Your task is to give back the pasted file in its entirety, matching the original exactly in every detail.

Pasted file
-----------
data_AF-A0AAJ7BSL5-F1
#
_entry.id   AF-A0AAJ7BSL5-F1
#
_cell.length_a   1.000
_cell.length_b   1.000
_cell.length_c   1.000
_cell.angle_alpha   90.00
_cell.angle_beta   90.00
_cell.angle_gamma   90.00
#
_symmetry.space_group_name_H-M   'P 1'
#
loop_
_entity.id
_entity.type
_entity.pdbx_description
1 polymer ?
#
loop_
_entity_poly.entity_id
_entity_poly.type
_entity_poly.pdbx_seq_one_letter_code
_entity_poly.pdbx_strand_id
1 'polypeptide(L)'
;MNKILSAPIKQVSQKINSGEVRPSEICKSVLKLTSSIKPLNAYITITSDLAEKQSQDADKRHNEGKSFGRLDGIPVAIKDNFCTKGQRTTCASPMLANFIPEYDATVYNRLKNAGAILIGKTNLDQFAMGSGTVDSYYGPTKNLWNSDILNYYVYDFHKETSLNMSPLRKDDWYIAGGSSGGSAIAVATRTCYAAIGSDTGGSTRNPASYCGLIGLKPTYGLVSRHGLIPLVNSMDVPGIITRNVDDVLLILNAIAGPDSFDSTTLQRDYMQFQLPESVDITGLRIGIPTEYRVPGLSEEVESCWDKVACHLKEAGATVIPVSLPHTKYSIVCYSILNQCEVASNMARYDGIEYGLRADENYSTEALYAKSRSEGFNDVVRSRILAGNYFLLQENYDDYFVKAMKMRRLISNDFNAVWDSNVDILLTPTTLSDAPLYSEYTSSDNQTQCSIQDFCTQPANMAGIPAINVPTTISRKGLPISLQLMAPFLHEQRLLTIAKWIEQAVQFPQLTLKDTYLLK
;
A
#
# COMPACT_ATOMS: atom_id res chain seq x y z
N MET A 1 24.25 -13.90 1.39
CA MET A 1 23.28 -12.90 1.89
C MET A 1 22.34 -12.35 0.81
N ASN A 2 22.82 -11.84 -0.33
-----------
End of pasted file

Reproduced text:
data_AF-A0AAJ7BSL5-F1
#
_entry.id   AF-A0AAJ7BSL5-F1
#
_cell.length_a   1.000
_cell.length_b   1.000
_cell.length_c   1.000
_cell.angle_alpha   90.00
_cell.angle_beta   90.00
_cell.angle_gamma   90.00
#
_symmetry.space_group_name_H-M   'P 1'
#
loop_
_entity.id
_entity.type
_entity.pdbx_description
1 polymer ?
#
loop_
_entity_poly.entity_id
_entity_poly.type
_entity_poly.pdbx_seq_one_letter_code
_entity_poly.pdbx_strand_id
1 'polypeptide(L)'
;MNKILSAPIKQVSQKINSGEVRPSEICKSVLKLTSSIKPLNAYITITSDLAEKQSQDADKRHNEGKSFGRLDGIPVAIKDNFCTKGQRTTCASPMLANFIPEYDATVYNRLKNAGAILIGKTNLDQFAMGSGTVDSYYGPTKNLWNSDILNYYVYDFHKETSLNMSPLRKDDWYIAGGSSGGSAIAVATRTCYAAIGSDTGGSTRNPASYCGLIGLKPTYGLVSRHGLIPLVNSMDVPGIITRNVDDVLLILNAIAGPDSFDSTTLQRDYMQFQLPESVDITGLRIGIPTEYRVPGLSEEVESCWDKVACHLKEAGATVIPVSLPHTKYSIVCYSILNQCEVASNMARYDGIEYGLRADENYSTEALYAKSRSEGFNDVVRSRILAGNYFLLQENYDDYFVKAMKMRRLISNDFNAVWDSNVDILLTPTTLSDAPLYSEYTSSDNQTQCSIQDFCTQPANMAGIPAINVPTTISRKGLPISLQLMAPFLHEQRLLTIAKWIEQAVQFPQLTLKDTYLLK
;
A
#
# COMPACT_ATOMS: atom_id res chain seq x y z
N MET A 1 24.25 -13.90 1.39
CA MET A 1 23.28 -12.90 1.89
C MET A 1 22.34 -12.35 0.81
N ASN A 2 22.82 -11.84 -0.33